5. Wrong on said:

    How come gangsters like Al Capone and John Gotti can be caught but street gangs in the African American community are seemingly like geting rid of roaches? I mean, I can’t knock the hustle, but things have gone waaaayyy left. Does anyone remember how things were before crack cocain and rap music? Chicago is on a whole other plateau of wrong that seems to be invited and glorified by those folks who do well in that life but for the rest of us who cannot survive that cut throat competition atempting to stay out of jail or to compete on this side of the law is suicide! That is why no one wants to say anything. There is no returm Ask Barak Obama. Which way to go?

    • Well, Wrong, it’s not that street gangs in the african american community cannot be caught. As the KKK said: Just leave them alone. They’ll do a good job of killing themselves off. The powers that be are just waiting patiently for the herd to thin itself out. And the gangs don’t realize that by the time everything thing is said and done, they too, will be extinct. And without even realizing their mistake, the non-snitchers are doing an excellent job of aiding the effort.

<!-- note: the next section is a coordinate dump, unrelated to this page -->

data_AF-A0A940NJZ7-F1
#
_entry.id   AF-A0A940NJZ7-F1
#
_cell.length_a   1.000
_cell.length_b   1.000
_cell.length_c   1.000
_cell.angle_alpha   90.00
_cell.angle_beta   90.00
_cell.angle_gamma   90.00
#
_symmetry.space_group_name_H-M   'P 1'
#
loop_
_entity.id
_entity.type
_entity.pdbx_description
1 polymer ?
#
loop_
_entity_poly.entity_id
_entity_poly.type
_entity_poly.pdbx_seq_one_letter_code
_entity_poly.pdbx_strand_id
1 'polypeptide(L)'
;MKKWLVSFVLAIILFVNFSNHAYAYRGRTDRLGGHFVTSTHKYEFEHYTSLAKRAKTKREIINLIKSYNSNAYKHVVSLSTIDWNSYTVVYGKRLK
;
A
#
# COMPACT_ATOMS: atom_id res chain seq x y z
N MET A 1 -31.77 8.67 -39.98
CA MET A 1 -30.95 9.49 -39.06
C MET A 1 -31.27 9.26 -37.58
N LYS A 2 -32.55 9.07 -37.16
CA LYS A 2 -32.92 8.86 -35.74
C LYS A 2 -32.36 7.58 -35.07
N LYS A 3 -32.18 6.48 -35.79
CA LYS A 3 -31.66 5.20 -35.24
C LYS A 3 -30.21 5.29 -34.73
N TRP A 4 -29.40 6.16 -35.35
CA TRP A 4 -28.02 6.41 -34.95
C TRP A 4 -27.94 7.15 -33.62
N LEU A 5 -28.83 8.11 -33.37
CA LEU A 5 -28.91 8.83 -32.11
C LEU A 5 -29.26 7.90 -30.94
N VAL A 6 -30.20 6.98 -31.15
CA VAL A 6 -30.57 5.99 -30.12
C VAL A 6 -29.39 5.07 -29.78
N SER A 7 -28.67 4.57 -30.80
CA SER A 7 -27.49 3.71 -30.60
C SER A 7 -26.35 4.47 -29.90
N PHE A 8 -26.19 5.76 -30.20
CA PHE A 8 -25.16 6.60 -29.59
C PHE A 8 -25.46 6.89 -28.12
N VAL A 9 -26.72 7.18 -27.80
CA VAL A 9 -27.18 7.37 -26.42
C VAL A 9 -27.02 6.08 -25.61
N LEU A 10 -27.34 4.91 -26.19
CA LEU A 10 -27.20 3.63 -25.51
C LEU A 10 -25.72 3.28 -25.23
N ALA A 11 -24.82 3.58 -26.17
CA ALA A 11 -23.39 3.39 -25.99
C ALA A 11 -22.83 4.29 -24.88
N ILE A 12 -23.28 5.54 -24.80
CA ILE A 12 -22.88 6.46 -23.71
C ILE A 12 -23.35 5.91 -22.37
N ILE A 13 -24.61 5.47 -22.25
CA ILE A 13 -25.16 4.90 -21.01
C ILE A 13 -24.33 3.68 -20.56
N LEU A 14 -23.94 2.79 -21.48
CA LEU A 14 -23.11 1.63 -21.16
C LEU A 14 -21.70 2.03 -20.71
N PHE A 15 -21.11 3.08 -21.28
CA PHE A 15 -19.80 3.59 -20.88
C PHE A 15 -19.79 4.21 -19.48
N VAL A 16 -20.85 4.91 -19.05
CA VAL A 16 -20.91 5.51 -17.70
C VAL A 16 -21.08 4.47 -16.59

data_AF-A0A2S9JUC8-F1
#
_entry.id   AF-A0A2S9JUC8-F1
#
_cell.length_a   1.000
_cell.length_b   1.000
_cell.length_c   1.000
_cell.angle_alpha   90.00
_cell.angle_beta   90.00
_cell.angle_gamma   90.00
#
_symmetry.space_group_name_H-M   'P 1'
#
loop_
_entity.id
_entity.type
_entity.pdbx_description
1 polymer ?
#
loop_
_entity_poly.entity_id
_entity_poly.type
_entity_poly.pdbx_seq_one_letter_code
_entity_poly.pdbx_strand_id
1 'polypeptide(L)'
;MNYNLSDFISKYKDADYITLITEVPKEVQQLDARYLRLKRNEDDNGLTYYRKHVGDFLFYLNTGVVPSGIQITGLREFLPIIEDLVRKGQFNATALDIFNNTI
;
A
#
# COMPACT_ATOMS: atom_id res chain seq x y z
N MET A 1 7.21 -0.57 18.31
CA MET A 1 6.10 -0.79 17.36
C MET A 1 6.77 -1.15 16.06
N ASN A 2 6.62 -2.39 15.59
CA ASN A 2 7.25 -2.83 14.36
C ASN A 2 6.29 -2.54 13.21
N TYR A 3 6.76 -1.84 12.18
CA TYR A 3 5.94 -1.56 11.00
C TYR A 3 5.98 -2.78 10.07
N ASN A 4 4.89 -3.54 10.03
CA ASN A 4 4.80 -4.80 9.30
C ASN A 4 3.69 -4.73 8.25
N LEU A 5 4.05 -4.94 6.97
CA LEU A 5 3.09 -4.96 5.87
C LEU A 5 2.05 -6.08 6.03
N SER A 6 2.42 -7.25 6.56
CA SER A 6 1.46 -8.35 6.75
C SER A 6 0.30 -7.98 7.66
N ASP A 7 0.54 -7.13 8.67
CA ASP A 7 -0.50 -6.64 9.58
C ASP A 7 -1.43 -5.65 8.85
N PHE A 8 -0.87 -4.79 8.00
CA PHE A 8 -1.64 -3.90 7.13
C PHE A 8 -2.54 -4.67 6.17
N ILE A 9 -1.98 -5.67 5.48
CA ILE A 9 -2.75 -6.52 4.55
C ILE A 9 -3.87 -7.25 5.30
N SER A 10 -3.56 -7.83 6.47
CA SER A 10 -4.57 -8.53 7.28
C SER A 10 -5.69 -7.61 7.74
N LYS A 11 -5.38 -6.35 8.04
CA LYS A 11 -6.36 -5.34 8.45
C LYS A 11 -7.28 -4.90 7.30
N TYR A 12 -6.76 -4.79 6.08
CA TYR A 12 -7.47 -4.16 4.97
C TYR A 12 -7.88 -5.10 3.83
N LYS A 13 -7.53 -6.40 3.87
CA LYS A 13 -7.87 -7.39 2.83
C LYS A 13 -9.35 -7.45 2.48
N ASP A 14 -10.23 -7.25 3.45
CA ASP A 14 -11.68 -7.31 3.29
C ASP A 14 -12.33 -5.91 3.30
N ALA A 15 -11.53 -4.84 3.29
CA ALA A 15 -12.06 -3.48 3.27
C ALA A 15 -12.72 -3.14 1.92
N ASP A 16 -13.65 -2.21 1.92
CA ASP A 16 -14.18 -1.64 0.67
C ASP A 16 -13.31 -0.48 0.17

6. So very sad. But as long as we have not only young people, because you got some old fools prancing around with pants sagging around their asses trying to emulate the likes of JZ, Lil wayne, and numerous other “gansta rappers”, looking up to and idolizing rappers, gangsters and drug dealers and takeing their word as law, this lunacy will never end. I really feel for this mom.

    • Naimah Yasin on said:

      This is very sad indeed. You are correct as long as you have these rappers getting rich off of promoting voilence and don’t snitch messages in their music it will never change. Young and old ignorant people destroying minds all for the all mighty dollar.. These rappers know the influence that they on some of society but they only care about the money and so called fame…

Add Your Comment

Fill in your details below or click an icon to log in: Logo

You are commenting using your account. Log Out /  Change )

Google photo

You are commenting using your Google account. Log Out /  Change )

Twitter picture

You are commenting using your Twitter account. Log Out /  Change )

Facebook photo

You are commenting using your Facebook account. Log Out /  Change )

Connecting to %s